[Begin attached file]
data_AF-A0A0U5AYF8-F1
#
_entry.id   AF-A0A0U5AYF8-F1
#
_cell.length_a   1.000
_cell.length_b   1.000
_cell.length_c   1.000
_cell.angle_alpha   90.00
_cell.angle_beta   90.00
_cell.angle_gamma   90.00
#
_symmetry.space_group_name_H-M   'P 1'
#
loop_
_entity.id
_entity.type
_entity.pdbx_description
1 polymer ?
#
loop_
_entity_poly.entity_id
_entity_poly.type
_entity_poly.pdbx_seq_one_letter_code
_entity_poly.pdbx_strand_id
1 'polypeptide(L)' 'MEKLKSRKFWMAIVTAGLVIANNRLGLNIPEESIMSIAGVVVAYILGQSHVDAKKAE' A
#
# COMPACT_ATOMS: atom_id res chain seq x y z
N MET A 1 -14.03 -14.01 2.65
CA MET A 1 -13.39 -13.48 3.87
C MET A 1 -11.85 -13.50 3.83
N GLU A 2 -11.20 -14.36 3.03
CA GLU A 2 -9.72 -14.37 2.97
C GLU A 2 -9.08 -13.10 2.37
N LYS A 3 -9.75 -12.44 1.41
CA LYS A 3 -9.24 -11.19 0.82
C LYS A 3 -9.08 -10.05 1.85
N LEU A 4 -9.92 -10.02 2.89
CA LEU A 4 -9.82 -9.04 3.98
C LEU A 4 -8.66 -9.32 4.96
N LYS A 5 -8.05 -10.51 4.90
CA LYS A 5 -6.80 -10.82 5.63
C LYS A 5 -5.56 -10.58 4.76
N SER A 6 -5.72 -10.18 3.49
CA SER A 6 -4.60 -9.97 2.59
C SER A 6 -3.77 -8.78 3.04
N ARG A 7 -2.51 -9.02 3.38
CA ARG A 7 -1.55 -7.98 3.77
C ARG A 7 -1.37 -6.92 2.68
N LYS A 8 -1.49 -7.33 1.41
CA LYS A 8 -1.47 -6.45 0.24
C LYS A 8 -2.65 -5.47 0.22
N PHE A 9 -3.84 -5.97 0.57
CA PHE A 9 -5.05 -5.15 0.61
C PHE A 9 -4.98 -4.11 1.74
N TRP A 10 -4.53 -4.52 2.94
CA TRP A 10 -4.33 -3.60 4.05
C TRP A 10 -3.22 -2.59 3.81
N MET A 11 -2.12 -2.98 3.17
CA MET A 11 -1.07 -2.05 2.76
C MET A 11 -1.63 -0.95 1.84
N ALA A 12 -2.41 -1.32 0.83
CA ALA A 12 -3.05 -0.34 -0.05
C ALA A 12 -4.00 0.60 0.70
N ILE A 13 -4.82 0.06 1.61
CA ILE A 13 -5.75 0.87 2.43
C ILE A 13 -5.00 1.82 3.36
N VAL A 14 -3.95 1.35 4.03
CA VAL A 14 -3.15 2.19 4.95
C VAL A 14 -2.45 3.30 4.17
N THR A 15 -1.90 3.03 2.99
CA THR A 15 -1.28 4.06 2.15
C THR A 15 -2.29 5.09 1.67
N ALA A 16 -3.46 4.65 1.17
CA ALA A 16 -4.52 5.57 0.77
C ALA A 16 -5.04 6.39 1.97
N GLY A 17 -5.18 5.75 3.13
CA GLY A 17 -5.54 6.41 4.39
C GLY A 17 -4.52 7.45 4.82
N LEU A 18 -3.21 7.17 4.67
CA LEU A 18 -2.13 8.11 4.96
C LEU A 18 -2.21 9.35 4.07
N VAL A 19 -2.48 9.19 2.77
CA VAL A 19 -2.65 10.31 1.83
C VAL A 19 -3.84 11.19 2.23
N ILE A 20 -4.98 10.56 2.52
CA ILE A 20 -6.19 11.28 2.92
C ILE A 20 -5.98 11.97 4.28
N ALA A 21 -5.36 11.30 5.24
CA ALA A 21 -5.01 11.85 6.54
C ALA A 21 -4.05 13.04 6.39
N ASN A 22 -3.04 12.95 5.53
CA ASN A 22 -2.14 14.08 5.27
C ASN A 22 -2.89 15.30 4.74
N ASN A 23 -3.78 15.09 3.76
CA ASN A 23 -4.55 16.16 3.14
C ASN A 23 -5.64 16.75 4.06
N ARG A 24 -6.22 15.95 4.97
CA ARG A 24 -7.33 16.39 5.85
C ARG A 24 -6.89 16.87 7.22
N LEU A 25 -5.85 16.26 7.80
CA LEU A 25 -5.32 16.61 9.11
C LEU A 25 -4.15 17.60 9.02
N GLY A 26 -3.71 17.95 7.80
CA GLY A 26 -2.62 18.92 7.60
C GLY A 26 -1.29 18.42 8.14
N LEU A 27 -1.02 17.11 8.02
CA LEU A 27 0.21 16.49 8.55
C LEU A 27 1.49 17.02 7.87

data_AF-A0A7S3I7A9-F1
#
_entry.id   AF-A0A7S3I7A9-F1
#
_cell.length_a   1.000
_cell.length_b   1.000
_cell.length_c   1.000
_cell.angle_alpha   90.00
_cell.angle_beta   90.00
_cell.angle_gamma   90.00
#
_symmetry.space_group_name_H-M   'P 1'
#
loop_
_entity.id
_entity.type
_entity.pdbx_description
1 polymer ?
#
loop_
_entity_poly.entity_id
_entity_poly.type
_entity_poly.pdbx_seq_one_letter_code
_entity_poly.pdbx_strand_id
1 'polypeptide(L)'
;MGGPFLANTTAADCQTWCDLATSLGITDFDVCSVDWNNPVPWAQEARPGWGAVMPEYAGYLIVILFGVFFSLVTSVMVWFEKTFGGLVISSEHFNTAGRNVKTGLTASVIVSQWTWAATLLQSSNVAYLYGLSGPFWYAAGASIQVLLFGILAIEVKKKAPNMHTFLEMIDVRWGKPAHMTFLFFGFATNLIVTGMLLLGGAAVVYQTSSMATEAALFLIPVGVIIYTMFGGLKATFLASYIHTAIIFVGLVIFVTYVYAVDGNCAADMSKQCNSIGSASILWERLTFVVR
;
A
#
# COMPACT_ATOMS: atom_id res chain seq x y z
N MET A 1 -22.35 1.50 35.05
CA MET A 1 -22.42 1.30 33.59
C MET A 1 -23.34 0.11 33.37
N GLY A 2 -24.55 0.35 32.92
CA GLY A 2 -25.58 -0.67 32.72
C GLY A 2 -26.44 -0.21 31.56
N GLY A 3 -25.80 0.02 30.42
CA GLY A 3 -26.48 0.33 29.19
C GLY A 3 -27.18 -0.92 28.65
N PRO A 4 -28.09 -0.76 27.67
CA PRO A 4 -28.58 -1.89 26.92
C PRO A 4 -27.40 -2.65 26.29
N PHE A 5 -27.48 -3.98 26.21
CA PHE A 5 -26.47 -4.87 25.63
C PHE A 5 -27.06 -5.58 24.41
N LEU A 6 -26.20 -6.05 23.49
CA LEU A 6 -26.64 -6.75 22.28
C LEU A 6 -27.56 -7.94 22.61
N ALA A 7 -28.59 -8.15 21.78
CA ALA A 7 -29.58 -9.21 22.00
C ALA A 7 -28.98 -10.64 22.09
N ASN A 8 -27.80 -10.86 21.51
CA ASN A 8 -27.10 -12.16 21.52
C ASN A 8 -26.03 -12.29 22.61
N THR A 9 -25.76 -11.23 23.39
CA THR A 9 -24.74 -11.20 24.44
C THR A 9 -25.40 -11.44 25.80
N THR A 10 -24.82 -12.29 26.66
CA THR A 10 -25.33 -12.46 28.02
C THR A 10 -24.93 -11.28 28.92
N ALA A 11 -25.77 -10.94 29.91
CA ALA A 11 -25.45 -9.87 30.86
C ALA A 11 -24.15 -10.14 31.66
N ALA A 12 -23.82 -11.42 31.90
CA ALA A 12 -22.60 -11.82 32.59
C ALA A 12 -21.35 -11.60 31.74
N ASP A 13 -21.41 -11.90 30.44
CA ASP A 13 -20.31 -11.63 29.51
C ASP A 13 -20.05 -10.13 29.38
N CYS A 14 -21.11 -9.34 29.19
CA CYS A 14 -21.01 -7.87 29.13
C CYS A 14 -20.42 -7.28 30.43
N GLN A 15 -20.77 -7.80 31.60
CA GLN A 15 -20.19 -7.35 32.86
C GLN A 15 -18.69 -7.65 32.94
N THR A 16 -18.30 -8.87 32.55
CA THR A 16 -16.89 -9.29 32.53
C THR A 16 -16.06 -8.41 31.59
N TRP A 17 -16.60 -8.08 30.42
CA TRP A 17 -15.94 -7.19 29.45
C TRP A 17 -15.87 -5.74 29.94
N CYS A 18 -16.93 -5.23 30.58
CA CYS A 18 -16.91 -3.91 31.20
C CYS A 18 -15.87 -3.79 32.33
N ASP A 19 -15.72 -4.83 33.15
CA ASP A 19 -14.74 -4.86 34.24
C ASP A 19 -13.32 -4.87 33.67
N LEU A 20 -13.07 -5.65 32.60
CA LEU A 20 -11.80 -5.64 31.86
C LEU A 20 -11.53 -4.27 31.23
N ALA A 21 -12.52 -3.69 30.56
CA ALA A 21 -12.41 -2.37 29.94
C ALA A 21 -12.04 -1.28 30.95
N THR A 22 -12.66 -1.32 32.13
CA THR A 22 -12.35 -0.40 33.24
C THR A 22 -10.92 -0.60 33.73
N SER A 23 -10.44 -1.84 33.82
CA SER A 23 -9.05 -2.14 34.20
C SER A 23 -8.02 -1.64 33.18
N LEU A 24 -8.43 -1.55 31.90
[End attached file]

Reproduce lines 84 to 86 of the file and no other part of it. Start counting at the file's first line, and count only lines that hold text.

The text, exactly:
C VAL A 19 -3.84 11.19 2.23
N ILE A 20 -4.98 10.56 2.52
CA ILE A 20 -6.19 11.28 2.92